Royal Grammar School


Happy or successful? Or can we be both?

Happy or successful? Or can we be both?


I came across a strange debate on Twitter this week (yes! You can follow me: @bernardtrafford).

It centred on that same old dichotomy: must schools always concentrate on getting children through exams? Or is their main purpose to allow (to teach, even) children to be happy?

As the argument raged I was saddened. Are some schools so driven by government pressure that results are indeed their primary concern? The answer may well be yes, especially if the school in question finds itself under the government/Ofsted cosh.

Surely the welfare/wellbeing of the children in our care is the first and vital focus of a school? I’m in no doubt that it is at the RGS.

But that doesn’t mean that the school doesn’t set out to help boys and girls get the best exam results of which they’re capable. In our particular corner of Jesmond, we certainly set out challenge our students intellectually: when it comes to the exam years we are then called on to provide immense levels of support – academic, pastoral, emotional – as they drive themselves to achieve lofty goals, seeking the strings of A and A* grades required to achieve places on competitive courses at top universities.

That certainly creates pressure, and this summer period is a stressful one for many students as they seek to fulfill their (and, to be fair, frequently their parents’) aspirations. 

Not all stress is bad: students need to be keyed up to some extent to perform at their best (it’s the same for athletes or performing artists). What we must help our exam candidates to do is to keep that stress within manageable limits, to aim high but not beyond what they can achieve and to develop the necessary resilience both to keep going when things are tough and to cope with failure if it occurs.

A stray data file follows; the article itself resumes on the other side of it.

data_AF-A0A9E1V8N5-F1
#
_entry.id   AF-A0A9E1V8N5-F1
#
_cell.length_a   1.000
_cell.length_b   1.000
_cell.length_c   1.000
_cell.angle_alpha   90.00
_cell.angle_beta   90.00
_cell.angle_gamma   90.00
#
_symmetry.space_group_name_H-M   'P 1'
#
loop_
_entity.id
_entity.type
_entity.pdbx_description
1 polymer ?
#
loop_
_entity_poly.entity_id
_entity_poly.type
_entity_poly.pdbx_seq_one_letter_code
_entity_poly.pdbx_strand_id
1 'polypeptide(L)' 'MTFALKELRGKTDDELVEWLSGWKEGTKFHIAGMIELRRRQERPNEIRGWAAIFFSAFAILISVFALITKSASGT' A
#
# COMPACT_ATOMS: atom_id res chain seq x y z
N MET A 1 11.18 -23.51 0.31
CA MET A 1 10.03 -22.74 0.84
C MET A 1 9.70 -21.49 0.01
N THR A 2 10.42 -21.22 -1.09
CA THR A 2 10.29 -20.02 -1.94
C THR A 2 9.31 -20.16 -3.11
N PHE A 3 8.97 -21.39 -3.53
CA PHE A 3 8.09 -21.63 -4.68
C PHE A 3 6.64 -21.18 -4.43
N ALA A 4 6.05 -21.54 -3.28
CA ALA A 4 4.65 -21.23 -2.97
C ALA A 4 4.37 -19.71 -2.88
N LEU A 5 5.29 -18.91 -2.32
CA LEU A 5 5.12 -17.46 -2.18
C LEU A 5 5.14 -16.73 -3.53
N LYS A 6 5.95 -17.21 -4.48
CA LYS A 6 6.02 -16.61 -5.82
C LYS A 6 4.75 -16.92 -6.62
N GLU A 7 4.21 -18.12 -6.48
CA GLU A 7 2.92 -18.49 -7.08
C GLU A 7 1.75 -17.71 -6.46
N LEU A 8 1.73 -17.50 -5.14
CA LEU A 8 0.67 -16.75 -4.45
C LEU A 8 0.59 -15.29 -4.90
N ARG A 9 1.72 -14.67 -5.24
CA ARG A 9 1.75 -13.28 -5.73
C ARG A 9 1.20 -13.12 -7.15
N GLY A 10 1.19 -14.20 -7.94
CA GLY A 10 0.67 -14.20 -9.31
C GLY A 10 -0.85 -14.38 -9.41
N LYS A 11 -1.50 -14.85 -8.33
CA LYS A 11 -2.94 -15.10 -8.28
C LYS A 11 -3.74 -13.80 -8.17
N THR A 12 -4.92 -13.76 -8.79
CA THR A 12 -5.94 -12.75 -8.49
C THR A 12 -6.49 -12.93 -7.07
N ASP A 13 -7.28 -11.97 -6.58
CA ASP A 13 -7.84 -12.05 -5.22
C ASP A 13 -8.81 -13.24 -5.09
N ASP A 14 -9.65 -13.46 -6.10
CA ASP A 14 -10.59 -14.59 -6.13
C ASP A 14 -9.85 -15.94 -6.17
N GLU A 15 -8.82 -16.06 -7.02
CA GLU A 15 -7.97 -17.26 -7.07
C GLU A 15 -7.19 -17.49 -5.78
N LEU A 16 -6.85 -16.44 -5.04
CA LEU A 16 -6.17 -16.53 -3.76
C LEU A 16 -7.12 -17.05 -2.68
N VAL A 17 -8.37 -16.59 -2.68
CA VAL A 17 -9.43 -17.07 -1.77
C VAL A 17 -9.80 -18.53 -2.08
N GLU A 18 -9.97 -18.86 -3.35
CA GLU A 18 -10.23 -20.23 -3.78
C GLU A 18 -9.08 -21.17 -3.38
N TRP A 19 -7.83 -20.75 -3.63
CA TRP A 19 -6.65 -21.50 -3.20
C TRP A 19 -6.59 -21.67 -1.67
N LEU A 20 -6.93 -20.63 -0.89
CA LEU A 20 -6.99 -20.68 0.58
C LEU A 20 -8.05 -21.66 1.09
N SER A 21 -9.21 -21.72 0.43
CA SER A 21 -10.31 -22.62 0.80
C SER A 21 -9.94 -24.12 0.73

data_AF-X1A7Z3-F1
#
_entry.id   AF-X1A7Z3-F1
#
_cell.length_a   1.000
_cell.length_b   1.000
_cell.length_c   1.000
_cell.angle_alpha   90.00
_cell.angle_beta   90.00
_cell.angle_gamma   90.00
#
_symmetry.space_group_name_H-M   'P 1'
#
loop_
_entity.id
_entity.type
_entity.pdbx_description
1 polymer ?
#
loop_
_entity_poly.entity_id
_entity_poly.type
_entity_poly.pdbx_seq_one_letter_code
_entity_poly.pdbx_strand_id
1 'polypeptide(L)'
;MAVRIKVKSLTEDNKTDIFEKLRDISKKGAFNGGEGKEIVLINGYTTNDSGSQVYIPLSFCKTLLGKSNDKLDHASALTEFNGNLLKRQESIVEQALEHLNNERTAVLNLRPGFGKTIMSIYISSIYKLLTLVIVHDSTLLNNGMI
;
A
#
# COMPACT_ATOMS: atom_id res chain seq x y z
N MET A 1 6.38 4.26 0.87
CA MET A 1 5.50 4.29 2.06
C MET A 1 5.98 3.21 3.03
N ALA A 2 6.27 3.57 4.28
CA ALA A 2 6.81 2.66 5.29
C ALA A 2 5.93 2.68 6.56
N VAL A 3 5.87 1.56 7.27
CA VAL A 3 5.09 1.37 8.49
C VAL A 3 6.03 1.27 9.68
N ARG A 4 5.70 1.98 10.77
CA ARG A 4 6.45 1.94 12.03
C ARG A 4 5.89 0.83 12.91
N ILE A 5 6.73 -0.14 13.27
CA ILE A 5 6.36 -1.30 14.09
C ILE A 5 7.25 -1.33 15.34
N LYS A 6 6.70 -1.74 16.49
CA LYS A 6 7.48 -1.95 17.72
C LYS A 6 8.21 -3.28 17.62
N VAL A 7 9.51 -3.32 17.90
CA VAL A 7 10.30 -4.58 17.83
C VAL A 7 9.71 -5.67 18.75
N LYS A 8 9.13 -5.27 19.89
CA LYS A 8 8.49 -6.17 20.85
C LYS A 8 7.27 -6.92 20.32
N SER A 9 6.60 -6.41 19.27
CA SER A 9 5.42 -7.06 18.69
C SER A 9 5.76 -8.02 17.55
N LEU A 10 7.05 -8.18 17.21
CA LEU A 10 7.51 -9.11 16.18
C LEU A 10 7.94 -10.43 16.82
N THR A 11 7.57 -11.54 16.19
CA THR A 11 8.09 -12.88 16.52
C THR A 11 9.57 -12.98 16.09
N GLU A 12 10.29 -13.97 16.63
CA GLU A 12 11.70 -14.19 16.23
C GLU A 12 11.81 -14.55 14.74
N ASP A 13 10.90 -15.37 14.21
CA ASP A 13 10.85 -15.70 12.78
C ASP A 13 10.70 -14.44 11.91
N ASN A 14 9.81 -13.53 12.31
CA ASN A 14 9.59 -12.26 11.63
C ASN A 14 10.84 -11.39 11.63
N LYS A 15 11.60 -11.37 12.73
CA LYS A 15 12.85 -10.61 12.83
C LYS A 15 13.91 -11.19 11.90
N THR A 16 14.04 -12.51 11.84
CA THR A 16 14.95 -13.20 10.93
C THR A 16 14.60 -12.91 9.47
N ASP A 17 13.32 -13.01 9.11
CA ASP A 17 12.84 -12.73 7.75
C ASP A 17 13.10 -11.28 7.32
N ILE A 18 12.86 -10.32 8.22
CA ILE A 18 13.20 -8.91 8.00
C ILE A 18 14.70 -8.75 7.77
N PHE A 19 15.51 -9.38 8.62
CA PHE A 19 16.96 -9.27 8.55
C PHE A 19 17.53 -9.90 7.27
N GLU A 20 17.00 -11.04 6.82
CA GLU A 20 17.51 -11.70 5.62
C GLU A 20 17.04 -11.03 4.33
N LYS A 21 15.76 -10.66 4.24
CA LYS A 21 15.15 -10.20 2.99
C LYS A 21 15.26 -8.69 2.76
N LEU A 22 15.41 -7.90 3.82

Resilience: character; grit; those words are interchangeable. And they represent the vital element that we must help girls and boys to develop.

Sounds easy, doesn’t it? It’s not, of course. We’re doing a lot of work on this and on other aspects of emotional wellbeing (EW), and you can expect to hear more about it in the coming weeks and months (not least in my formal Address on RGS Day, Saturday 27th June – 11am in the Main Hall). 

Meanwhile, at a time when society, emerging from economic downturn, is desperately seeking to encourage success, it also needs to protect and nurture its young people who will emerge from school into a changed world. It is helpful neither to wring hands hysterically and talk up a crisis in schools, nor to create false dichotomies between academic achievement and happiness.

Both wrong approaches should be shunned while schools focus on the real opportunities and challenges, identify the problems and work on the solutions. 

We can do it: we just need to be a bit more grown-up and sophisticated about how we proceed.

Bernard Trafford